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Jeremy Isaacs

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ENTERTAINMENT
September 3, 1992 | WILLIAM TUOHY, TIMES STAFF WRITER
After serving with distinction as chief executive of Independent Television's high-brow Channel 4, Jeremy Isaacs had hoped to become director general of the British Broadcasting Corp. But he was passed over for that job, possibly because he had spent most of his career with a BBC rival. Instead, he received a glittering consolation post: He was tapped to head the Royal Opera House, at Covent Garden.
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ENTERTAINMENT
September 3, 1992 | WILLIAM TUOHY, TIMES STAFF WRITER
After serving with distinction as chief executive of Independent Television's high-brow Channel 4, Jeremy Isaacs had hoped to become director general of the British Broadcasting Corp. But he was passed over for that job, possibly because he had spent most of his career with a BBC rival. Instead, he received a glittering consolation post: He was tapped to head the Royal Opera House, at Covent Garden.
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ENTERTAINMENT
March 12, 1987 | Arts and entertainment reports from The Times, national and international news services and the nation's press
British TV executive Jeremy Isaacs will take over as the new general director of the Royal Opera House at Covent Garden, the London opera company announced Wednesday. Isaacs, 54, has headed the independent arts-oriented Channel 4 since it began in 1981. He will replace Sir John Tooley, whose contract ends in the summer of 1989.
ENTERTAINMENT
February 11, 1987 | Arts and entertainment reports from The Times, national and international news services and the nation's press
As the deadline for applications to head the British Broadcasting Corp. passed Tuesday, speculation on likely candidates centered on veteran BBC presenter David Dimbleby and Jeremy Isaacs, chief executive of the rival independent Channel 4. Others mentioned as possible successors to Alasdair Milne, who resigned abruptly Jan. 29, include deputy director general Michael Checkland and BBC radio managing director Brian Wenham.
ENTERTAINMENT
January 17, 1989 | ALEENE MacMINN, Arts and entertainment reports from The Times, national and international news services and the nation's press
Sadler's Wells Royal Ballet is leaving London and moving 110 miles northwest to the industrial city of Birmingham. The lure: $10.6 million in extra funding. "The facilities to be built in Birmingham and the new money to be made available add up to an offer we cannot refuse," explains Jeremy Isaacs, director of the Royal Opera House.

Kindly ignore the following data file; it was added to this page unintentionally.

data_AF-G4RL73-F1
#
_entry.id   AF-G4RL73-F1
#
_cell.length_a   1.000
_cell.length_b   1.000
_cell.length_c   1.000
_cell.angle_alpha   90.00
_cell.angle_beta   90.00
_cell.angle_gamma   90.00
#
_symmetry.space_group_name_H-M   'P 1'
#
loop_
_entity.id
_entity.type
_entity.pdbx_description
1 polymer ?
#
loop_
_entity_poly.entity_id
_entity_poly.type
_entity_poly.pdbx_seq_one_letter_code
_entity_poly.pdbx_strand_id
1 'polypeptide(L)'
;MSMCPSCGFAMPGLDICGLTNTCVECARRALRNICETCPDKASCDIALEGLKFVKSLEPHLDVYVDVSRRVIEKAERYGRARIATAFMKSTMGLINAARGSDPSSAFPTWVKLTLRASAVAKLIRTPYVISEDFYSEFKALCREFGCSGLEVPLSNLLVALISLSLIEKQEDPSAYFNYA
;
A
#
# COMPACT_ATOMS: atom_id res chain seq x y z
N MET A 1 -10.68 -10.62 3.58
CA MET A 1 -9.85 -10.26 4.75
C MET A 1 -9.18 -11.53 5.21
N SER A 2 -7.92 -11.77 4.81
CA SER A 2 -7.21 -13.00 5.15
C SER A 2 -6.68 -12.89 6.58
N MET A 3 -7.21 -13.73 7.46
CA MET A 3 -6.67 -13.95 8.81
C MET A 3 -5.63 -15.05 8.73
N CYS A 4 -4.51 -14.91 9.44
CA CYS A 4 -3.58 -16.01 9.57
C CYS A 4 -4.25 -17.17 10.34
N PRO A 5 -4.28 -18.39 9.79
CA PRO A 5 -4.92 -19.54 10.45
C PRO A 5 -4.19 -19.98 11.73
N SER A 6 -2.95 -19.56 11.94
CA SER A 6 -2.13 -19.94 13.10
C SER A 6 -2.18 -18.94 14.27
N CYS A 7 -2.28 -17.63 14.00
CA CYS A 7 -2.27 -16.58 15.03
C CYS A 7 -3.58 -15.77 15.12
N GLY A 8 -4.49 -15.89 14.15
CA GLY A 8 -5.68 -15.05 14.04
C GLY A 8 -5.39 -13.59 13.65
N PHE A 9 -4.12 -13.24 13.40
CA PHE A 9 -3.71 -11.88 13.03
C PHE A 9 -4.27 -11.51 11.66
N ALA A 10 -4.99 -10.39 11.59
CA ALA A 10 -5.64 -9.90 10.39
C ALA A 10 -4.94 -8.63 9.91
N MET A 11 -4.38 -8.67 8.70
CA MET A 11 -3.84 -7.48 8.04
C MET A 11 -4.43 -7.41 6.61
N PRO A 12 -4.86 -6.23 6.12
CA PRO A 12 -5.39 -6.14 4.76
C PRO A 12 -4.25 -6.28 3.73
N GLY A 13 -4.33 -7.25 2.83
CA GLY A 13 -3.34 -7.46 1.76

ENTERTAINMENT
June 12, 1990 | From Associated Press
Top ticket prices at the Royal Opera House will exceed $170 for the first time next season, the financially struggling company says. Beginning in September, opera tickets at the theater in Covent Garden will jump on average by 17% while ballet seats will rise 25%. The decision to raise prices comes as the theater struggles with an accumulated deficit of about $8.5 million. The company projects a deficit of $3.4 million this season.
ENTERTAINMENT
March 17, 1989 | ALEENE MacMINN, Arts and entertainment reports from The Times, national and international news services and the nation's press
London operagoers are going to have to dig deeper into their wallets for tickets. The price of the best seats at the Royal Opera House, Covent Garden, will rise to about $170 each when Luciano Pavarotti and Placido Domingo sing there next season. General director Jeremy Isaacs said, "We either charge these prices or we go out of business." He also announced an 11% overall rise on seats for other than special performances.
NEWS
October 31, 1992 | From Associated Press
Sir Kenneth MacMillan, who revived the tradition of full-length ballet in Britain as principal choreographer of the Royal Ballet, has died of a heart attack. He was 62. MacMillan was stricken Thursday while backstage at the Royal Opera House in Covent Garden during a performance of "Mayerling," his ballet that first was seen in 1978.
NEWS
September 22, 1992 | BURT A. FOLKART, TIMES STAFF WRITER
Sir Geraint Evans, the Welsh-born baritone who for three decades set the standard for the Falstaffs of the operatic world, died Sunday. A spokesman for his family said the coal miner's son died in a hospital in Aberystwyth in northern Wales after suffering a heart attack at his nearby home a week earlier. Evans was 70. His wife, Brenda, and their two sons were at his bedside.
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